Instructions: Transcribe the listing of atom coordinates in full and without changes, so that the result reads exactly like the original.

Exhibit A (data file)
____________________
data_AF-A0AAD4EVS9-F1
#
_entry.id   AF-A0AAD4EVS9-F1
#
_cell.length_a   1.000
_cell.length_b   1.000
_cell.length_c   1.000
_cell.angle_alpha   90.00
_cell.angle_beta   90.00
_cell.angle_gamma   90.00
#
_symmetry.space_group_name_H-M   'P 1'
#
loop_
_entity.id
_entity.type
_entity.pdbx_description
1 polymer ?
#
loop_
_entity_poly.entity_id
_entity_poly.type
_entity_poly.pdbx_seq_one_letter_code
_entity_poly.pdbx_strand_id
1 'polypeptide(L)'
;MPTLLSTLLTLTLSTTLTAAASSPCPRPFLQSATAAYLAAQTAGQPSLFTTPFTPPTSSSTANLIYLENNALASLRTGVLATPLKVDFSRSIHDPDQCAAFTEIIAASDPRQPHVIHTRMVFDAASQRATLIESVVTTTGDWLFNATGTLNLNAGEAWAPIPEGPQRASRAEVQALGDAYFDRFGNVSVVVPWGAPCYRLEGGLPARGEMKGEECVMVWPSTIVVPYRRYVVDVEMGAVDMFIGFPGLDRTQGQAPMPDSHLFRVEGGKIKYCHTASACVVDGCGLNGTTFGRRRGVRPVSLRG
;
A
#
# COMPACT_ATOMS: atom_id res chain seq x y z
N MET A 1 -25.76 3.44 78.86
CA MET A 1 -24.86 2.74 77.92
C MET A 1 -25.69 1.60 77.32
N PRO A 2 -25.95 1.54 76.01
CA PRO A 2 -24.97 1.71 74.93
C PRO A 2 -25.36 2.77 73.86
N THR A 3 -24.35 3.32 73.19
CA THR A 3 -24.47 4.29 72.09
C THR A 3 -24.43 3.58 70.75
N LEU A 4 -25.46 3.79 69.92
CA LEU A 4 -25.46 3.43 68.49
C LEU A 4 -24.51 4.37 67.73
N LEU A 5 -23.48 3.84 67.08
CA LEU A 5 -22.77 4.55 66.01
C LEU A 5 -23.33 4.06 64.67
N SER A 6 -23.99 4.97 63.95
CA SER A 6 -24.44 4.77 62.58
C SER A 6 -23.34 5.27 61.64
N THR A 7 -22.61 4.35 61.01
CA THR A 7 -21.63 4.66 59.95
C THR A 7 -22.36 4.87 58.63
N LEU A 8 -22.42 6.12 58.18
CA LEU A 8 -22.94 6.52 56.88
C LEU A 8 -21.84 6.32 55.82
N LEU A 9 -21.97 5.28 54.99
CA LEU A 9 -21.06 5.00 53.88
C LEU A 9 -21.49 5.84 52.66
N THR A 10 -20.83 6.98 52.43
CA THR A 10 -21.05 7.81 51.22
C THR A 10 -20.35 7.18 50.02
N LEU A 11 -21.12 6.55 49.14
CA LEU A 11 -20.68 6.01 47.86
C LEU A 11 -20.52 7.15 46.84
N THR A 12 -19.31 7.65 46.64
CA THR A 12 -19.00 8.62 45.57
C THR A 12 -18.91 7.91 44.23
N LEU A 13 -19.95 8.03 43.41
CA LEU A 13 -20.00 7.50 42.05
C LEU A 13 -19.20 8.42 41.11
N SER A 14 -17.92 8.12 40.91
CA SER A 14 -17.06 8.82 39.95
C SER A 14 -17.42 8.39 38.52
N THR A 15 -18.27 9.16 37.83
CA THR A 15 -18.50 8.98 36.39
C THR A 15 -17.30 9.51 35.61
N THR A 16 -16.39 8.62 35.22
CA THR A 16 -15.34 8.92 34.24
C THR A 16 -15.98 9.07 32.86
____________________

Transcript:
data_AF-A0AAD4EVS9-F1
#
_entry.id   AF-A0AAD4EVS9-F1
#
_cell.length_a   1.000
_cell.length_b   1.000
_cell.length_c   1.000
_cell.angle_alpha   90.00
_cell.angle_beta   90.00
_cell.angle_gamma   90.00
#
_symmetry.space_group_name_H-M   'P 1'
#
loop_
_entity.id
_entity.type
_entity.pdbx_description
1 polymer ?
#
loop_
_entity_poly.entity_id
_entity_poly.type
_entity_poly.pdbx_seq_one_letter_code
_entity_poly.pdbx_strand_id
1 'polypeptide(L)'
;MPTLLSTLLTLTLSTTLTAAASSPCPRPFLQSATAAYLAAQTAGQPSLFTTPFTPPTSSSTANLIYLENNALASLRTGVLATPLKVDFSRSIHDPDQCAAFTEIIAASDPRQPHVIHTRMVFDAASQRATLIESVVTTTGDWLFNATGTLNLNAGEAWAPIPEGPQRASRAEVQALGDAYFDRFGNVSVVVPWGAPCYRLEGGLPARGEMKGEECVMVWPSTIVVPYRRYVVDVEMGAVDMFIGFPGLDRTQGQAPMPDSHLFRVEGGKIKYCHTASACVVDGCGLNGTTFGRRRGVRPVSLRG
;
A
#
# COMPACT_ATOMS: atom_id res chain seq x y z
N MET A 1 -25.76 3.44 78.86
CA MET A 1 -24.86 2.74 77.92
C MET A 1 -25.69 1.60 77.32
N PRO A 2 -25.95 1.54 76.01
CA PRO A 2 -24.97 1.71 74.93
C PRO A 2 -25.36 2.77 73.86
N THR A 3 -24.35 3.32 73.19
CA THR A 3 -24.47 4.29 72.09
C THR A 3 -24.43 3.58 70.75
N LEU A 4 -25.46 3.79 69.92
CA LEU A 4 -25.46 3.43 68.49
C LEU A 4 -24.51 4.37 67.73
N LEU A 5 -23.48 3.84 67.08
CA LEU A 5 -22.77 4.55 66.01
C LEU A 5 -23.33 4.06 64.67
N SER A 6 -23.99 4.97 63.95
CA SER A 6 -24.44 4.77 62.58
C SER A 6 -23.34 5.27 61.64
N THR A 7 -22.61 4.35 61.01
CA THR A 7 -21.63 4.66 59.95
C THR A 7 -22.36 4.87 58.63
N LEU A 8 -22.42 6.12 58.18
CA LEU A 8 -22.94 6.52 56.88
C LEU A 8 -21.84 6.32 55.82
N LEU A 9 -21.97 5.28 54.99
CA LEU A 9 -21.06 5.00 53.88
C LEU A 9 -21.49 5.84 52.66
N THR A 10 -20.83 6.98 52.43
CA THR A 10 -21.05 7.81 51.22
C THR A 10 -20.35 7.18 50.02
N LEU A 11 -21.12 6.55 49.14
CA LEU A 11 -20.68 6.01 47.86
C LEU A 11 -20.52 7.15 46.84
N THR A 12 -19.31 7.65 46.64
CA THR A 12 -19.00 8.62 45.57
C THR A 12 -18.91 7.91 44.23
N LEU A 13 -19.95 8.03 43.41
CA LEU A 13 -20.00 7.50 42.05
C LEU A 13 -19.20 8.42 41.11
N SER A 14 -17.92 8.12 40.91
CA SER A 14 -17.06 8.82 39.95
C SER A 14 -17.42 8.39 38.52
N THR A 15 -18.27 9.16 37.83
CA THR A 15 -18.50 8.98 36.39
C THR A 15 -17.30 9.51 35.61
N THR A 16 -16.39 8.62 35.22
CA THR A 16 -15.34 8.92 34.24
C THR A 16 -15.98 9.07 32.86